FIG. 7 graphically illustrates a rapid deceleration of an engine resulting from a rapid decrease in fueling of the engine and resulting changes in conversion efficiency, in accordance with the present disclosure. The top portion of the graph depicts a fueling rate to the engine. Fueling is a direct indication of engine output, and a sharp decrease in fueling corresponds to a rapid decrease in engine output and exhaust gas output. The bottom portion of the graph depicts resulting conversion efficiency. As described above, rapid decreases in engine speed result in variable or unpredictable operation of the SCR device. In the exemplary data of FIG. 7, a decrease in fueling in the top portion of the graph results in a subsequent reduction in conversion efficiency. Such a reduction in fueling can be utilized to disable a malfunction catalyst diagnostic test. For example, in the bottom portion of FIG. 7, a binary enabled/disabled indicator is depicted. In the exemplary embodiment depicted, the diagnostic test disable criteria is set to fueling equals zero and continues for some delay period. An alternative diagnostic test disable criteria could include a threshold indicative of a low fueling rate and disable the test if the fueling rate drops below the threshold. Such a threshold could be fixed or variable based upon recent fueling rates. In this way, fueling decreases describing decelerations in engine operation can be utilized to disable the diagnostic test based upon resulting effects on conversion efficiency.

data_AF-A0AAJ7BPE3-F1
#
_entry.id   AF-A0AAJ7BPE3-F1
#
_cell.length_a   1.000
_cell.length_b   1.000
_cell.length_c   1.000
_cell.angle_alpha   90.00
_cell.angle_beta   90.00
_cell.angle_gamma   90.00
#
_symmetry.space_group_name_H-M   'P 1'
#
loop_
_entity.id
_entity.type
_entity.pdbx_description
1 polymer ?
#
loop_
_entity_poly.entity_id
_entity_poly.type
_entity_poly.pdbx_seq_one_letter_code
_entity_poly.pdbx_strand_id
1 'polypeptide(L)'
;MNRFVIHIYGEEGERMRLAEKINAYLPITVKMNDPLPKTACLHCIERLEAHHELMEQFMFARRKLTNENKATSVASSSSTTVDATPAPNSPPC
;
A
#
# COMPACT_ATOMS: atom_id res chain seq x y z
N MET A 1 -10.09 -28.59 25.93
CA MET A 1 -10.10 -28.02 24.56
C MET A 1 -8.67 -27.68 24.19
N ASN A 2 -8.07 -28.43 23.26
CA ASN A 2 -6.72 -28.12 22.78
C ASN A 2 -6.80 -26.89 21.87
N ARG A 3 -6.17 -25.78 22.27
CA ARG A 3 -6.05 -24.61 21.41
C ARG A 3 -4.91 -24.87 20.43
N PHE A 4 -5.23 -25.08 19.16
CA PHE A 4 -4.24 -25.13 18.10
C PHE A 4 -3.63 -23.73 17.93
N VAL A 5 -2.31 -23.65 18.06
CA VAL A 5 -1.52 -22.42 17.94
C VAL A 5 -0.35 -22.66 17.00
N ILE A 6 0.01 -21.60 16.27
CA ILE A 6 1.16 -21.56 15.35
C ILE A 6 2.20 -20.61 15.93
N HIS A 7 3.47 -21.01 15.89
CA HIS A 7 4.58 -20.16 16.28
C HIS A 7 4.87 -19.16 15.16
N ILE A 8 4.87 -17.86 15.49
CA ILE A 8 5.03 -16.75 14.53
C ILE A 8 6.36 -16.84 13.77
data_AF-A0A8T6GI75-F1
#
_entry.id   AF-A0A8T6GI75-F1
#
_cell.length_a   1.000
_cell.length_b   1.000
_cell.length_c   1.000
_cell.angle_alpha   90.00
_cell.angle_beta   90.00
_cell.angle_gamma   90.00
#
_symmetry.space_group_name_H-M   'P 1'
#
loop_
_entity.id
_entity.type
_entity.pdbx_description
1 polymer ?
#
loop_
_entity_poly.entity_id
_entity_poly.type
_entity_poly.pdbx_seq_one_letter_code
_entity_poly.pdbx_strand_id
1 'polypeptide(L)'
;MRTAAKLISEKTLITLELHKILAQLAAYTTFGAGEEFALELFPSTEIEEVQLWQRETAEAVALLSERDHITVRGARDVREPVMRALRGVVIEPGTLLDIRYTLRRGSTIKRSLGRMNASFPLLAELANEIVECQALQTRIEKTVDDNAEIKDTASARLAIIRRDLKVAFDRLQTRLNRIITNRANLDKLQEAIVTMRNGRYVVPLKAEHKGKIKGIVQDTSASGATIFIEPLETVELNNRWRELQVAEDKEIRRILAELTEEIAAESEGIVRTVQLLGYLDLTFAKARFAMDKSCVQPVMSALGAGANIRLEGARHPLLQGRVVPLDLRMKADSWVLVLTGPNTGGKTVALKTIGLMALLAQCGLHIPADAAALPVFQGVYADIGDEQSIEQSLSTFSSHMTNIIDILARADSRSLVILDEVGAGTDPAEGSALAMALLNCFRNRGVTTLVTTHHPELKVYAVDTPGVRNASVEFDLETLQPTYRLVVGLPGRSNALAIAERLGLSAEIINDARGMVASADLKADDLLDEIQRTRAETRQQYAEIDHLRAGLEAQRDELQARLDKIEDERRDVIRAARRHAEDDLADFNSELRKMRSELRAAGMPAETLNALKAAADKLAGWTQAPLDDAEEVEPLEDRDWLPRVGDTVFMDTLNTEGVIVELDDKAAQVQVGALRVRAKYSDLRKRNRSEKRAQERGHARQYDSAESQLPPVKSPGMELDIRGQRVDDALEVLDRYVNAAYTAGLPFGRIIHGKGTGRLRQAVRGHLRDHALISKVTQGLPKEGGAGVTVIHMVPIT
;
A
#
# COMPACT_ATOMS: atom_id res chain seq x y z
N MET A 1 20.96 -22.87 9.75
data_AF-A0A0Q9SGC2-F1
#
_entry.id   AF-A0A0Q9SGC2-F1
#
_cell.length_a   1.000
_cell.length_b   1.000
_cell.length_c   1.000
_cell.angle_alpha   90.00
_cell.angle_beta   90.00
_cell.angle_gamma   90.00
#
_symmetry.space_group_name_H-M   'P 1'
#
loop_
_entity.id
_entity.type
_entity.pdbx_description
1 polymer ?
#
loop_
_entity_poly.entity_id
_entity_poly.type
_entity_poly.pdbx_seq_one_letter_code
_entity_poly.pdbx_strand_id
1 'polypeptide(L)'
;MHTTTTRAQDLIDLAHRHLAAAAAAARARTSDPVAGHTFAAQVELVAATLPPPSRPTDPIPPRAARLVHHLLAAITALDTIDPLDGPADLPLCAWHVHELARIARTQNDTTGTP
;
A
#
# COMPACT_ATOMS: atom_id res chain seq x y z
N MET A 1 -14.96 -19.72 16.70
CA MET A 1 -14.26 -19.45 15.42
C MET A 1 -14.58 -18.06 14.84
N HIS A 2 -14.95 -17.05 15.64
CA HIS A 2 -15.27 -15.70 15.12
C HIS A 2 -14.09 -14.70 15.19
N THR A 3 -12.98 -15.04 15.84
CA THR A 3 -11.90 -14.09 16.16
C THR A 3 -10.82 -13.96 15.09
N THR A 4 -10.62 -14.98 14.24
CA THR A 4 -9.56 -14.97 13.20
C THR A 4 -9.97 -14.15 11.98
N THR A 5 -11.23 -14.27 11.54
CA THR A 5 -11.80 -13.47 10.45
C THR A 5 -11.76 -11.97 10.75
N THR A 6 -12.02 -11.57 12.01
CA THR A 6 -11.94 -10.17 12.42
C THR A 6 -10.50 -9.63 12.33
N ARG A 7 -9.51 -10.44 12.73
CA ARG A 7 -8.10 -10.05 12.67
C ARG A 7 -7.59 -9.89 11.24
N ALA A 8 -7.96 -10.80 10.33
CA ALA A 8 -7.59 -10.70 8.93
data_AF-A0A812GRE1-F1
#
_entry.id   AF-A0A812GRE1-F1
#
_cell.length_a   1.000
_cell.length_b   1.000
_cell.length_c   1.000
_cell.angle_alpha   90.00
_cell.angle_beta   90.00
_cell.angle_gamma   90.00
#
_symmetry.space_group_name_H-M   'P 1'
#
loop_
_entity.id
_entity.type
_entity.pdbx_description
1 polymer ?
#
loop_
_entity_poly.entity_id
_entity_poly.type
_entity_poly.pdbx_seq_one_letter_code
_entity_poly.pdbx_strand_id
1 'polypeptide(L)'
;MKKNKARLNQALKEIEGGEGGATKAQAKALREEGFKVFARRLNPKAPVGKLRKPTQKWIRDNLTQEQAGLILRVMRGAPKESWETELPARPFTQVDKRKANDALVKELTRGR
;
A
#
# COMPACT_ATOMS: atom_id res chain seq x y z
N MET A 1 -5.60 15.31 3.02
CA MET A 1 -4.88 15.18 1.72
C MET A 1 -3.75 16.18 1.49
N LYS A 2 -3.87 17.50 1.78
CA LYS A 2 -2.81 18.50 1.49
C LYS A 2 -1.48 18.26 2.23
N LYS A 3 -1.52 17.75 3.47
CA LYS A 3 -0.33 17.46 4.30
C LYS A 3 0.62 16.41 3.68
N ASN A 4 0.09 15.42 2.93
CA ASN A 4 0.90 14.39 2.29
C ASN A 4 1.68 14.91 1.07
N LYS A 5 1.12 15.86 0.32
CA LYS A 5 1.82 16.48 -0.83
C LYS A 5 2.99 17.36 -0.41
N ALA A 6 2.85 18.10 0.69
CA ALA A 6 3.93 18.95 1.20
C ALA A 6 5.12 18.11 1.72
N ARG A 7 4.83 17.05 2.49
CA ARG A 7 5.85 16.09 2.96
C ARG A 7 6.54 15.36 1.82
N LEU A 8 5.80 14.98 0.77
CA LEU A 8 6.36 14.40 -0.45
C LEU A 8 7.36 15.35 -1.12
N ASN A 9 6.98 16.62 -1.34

As described above, exemplary aftertreatment devices include use of regeneration cycles to purge stored contaminants. For example, a DPF stores unburned hydrocarbons and soot within the DPF, and a periodic high temperature regeneration cycle is utilized to clean the contaminants from the DPF. In some exemplary aftertreatment systems, this high temperature exhaust passes through the SCR device and causes high ammonia slip. In other exemplary aftertreatment systems, a bypass circuit can be used to protect the SCR device and other aftertreatment devices sensitive to damage from the high temperature regeneration cycle. However, the use of such a bypass valve will interfere with the conversion efficiency of the SCR device. As a result, detection of a high temperature regeneration cycle within the aftertreatment system can be utilized to disable operation of a malfunction catalyst diagnostic test until the regeneration cycle is ended. FIG. 8 graphically illustrates an exemplary regeneration cycle in an aftertreatment system and disabling of a diagnostic test based upon the regeneration cycle, in accordance with the present disclosure. Three portions of the graph depict the regeneration cycle against a common timescale. A top portion of the graph depicts TBED through the regeneration cycle. In the center of the top portion, a period of sharply increased temperatures correlate to elevated exhaust gas temperatures achieving a purging regeneration of the aftertreatment system. The center portion of the graph depicts an ammonia storage fraction describing the fraction of ammonia storage capacity of the catalyst currently being utilized. As described above, elevated TBED values result in elevated ammonia slip. As a result, during the regeneration cycle, the ammonia storage fraction drops sharply. The bottom portion of the graph depicts conversion efficiency through the regeneration cycle. A drop in conversion efficiency during the regeneration cycle is evident. After the completion of the regeneration cycle, the conversion efficiency does not recover immediately after TBED values reduce. Instead, reductant injection over time through a fill time is required to restore ammonia on the catalyst to normal levels. The graph illustrates that conversion efficiency is known to drop through a regeneration cycle and through a fill time after the regeneration cycle due to the high temperatures of the exhaust gas flow through the cycle. Disabling of a malfunction catalyst diagnostic test through a regeneration cycle and through a calibrated fill time after the regeneration cycle can in this way be utilized to avoid false indications of a malfunction catalyst.